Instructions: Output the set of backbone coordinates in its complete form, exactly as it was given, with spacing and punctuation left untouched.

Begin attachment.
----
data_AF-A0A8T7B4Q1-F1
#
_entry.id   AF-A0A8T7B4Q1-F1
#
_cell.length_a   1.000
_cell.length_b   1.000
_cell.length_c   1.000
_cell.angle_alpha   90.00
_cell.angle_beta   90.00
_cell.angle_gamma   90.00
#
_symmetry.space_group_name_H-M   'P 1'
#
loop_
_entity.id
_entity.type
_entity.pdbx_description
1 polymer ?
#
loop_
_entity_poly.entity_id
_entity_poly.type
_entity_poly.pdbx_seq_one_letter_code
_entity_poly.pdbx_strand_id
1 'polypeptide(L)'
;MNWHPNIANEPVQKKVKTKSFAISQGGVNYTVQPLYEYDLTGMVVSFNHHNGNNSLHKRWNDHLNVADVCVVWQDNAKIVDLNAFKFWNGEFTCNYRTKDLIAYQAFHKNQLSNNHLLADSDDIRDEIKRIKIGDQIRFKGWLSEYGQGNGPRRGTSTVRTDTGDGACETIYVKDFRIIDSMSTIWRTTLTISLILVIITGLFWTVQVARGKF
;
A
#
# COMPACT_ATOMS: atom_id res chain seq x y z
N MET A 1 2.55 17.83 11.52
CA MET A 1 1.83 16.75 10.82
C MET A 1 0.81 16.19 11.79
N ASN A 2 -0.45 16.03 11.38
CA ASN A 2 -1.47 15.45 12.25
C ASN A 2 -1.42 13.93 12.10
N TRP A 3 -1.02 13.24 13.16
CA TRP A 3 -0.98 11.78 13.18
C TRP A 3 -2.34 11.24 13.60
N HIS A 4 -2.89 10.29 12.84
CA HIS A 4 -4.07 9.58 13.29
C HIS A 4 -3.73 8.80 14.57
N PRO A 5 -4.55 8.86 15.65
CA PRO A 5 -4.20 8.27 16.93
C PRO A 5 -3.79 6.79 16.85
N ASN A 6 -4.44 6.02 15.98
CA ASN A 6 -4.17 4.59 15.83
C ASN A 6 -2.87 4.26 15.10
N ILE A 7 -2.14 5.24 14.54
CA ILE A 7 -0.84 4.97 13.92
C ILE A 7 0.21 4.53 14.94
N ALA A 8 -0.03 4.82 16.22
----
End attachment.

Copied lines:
data_AF-A0A8T7B4Q1-F1
#
_entry.id   AF-A0A8T7B4Q1-F1
#
_cell.length_a   1.000
_cell.length_b   1.000
_cell.length_c   1.000
_cell.angle_alpha   90.00
_cell.angle_beta   90.00
_cell.angle_gamma   90.00
#
_symmetry.space_group_name_H-M   'P 1'
#
loop_
_entity.id
_entity.type
_entity.pdbx_description
1 polymer ?
#
loop_
_entity_poly.entity_id
_entity_poly.type
_entity_poly.pdbx_seq_one_letter_code
_entity_poly.pdbx_strand_id
1 'polypeptide(L)'
;MNWHPNIANEPVQKKVKTKSFAISQGGVNYTVQPLYEYDLTGMVVSFNHHNGNNSLHKRWNDHLNVADVCVVWQDNAKIVDLNAFKFWNGEFTCNYRTKDLIAYQAFHKNQLSNNHLLADSDDIRDEIKRIKIGDQIRFKGWLSEYGQGNGPRRGTSTVRTDTGDGACETIYVKDFRIIDSMSTIWRTTLTISLILVIITGLFWTVQVARGKF
;
A
#
# COMPACT_ATOMS: atom_id res chain seq x y z
N MET A 1 2.55 17.83 11.52
CA MET A 1 1.83 16.75 10.82
C MET A 1 0.81 16.19 11.79
N ASN A 2 -0.45 16.03 11.38
CA ASN A 2 -1.47 15.45 12.25
C ASN A 2 -1.42 13.93 12.10
N TRP A 3 -1.02 13.24 13.16
CA TRP A 3 -0.98 11.78 13.18
C TRP A 3 -2.34 11.24 13.60
N HIS A 4 -2.89 10.29 12.84
CA HIS A 4 -4.07 9.58 13.29
C HIS A 4 -3.73 8.80 14.57
N PRO A 5 -4.55 8.86 15.65
CA PRO A 5 -4.20 8.27 16.93
C PRO A 5 -3.79 6.79 16.85
N ASN A 6 -4.44 6.02 15.98
CA ASN A 6 -4.17 4.59 15.83
C ASN A 6 -2.87 4.26 15.10
N ILE A 7 -2.14 5.24 14.54
CA ILE A 7 -0.84 4.97 13.92
C ILE A 7 0.21 4.53 14.94
N ALA A 8 -0.03 4.82 16.22